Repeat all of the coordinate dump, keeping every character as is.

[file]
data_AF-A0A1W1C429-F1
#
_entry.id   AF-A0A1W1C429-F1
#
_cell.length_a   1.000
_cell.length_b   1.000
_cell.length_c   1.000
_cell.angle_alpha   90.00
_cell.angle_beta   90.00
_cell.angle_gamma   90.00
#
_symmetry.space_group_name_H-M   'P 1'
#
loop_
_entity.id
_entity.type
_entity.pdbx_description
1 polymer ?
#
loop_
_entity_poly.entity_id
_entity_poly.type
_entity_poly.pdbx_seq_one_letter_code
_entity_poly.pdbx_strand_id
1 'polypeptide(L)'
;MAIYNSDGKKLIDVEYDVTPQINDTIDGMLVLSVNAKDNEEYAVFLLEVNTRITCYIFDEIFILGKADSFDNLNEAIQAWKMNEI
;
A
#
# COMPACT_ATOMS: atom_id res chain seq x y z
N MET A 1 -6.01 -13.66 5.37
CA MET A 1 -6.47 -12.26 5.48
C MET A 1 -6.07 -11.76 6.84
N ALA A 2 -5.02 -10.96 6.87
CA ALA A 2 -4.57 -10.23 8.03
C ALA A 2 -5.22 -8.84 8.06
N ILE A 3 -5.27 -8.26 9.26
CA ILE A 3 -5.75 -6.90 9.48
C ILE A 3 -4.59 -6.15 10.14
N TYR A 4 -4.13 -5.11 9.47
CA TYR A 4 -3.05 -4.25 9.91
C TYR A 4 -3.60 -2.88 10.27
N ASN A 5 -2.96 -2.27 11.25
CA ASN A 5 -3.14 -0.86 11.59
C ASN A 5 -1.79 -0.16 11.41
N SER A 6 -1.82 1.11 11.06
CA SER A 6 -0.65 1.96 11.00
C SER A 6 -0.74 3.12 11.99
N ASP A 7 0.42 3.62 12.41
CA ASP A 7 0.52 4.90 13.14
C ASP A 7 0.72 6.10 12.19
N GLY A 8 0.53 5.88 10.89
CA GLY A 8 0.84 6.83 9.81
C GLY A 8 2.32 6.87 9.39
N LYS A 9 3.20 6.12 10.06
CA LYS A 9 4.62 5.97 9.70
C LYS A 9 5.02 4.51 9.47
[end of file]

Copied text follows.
data_AF-A0A1W1C429-F1
#
_entry.id   AF-A0A1W1C429-F1
#
_cell.length_a   1.000
_cell.length_b   1.000
_cell.length_c   1.000
_cell.angle_alpha   90.00
_cell.angle_beta   90.00
_cell.angle_gamma   90.00
#
_symmetry.space_group_name_H-M   'P 1'
#
loop_
_entity.id
_entity.type
_entity.pdbx_description
1 polymer ?
#
loop_
_entity_poly.entity_id
_entity_poly.type
_entity_poly.pdbx_seq_one_letter_code
_entity_poly.pdbx_strand_id
1 'polypeptide(L)'
;MAIYNSDGKKLIDVEYDVTPQINDTIDGMLVLSVNAKDNEEYAVFLLEVNTRITCYIFDEIFILGKADSFDNLNEAIQAWKMNEI
;
A
#
# COMPACT_ATOMS: atom_id res chain seq x y z
N MET A 1 -6.01 -13.66 5.37
CA MET A 1 -6.47 -12.26 5.48
C MET A 1 -6.07 -11.76 6.84
N ALA A 2 -5.02 -10.96 6.87
CA ALA A 2 -4.57 -10.23 8.03
C ALA A 2 -5.22 -8.84 8.06
N ILE A 3 -5.27 -8.26 9.26
CA ILE A 3 -5.75 -6.90 9.48
C ILE A 3 -4.59 -6.15 10.14
N TYR A 4 -4.13 -5.11 9.47
CA TYR A 4 -3.05 -4.25 9.91
C TYR A 4 -3.60 -2.88 10.27
N ASN A 5 -2.96 -2.27 11.25
CA ASN A 5 -3.14 -0.86 11.59
C ASN A 5 -1.79 -0.16 11.41
N SER A 6 -1.82 1.11 11.06
CA SER A 6 -0.65 1.96 11.00
C SER A 6 -0.74 3.12 11.99
N ASP A 7 0.42 3.62 12.41
CA ASP A 7 0.52 4.90 13.14
C ASP A 7 0.72 6.10 12.19
N GLY A 8 0.53 5.88 10.89
CA GLY A 8 0.84 6.83 9.81
C GLY A 8 2.32 6.87 9.39
N LYS A 9 3.20 6.12 10.06
CA LYS A 9 4.62 5.97 9.70
C LYS A 9 5.02 4.51 9.47